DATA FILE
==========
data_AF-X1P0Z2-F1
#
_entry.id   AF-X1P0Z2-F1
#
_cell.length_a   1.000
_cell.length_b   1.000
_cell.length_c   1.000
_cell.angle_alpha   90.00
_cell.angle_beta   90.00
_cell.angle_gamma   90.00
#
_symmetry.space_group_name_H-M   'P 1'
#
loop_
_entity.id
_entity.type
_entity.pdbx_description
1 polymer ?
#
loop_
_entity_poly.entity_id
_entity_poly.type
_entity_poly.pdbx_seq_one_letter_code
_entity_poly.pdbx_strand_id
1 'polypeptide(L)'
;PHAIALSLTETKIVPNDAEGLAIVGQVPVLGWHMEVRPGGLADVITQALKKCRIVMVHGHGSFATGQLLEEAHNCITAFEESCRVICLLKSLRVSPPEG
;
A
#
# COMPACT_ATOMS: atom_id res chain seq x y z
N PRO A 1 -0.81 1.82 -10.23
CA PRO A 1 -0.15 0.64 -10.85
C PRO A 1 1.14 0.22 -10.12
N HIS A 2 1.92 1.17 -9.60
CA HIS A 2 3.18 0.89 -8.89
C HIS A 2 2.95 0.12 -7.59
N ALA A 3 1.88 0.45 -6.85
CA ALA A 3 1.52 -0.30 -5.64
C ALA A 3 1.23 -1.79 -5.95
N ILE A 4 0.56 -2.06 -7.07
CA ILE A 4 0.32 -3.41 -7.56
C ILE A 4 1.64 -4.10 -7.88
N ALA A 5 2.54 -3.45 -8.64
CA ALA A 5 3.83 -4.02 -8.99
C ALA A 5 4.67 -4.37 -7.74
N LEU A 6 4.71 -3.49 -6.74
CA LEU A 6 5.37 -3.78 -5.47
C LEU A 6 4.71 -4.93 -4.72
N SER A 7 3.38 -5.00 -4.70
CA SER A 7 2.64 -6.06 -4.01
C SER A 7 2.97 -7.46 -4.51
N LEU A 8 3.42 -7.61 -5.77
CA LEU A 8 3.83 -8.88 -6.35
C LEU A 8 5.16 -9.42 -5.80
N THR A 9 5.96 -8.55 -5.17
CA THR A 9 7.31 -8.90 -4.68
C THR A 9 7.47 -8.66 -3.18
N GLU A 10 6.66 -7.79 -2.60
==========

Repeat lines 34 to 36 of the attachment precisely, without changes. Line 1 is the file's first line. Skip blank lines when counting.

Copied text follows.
N HIS A 2 1.92 1.17 -9.60
CA HIS A 2 3.18 0.89 -8.89
C HIS A 2 2.95 0.12 -7.59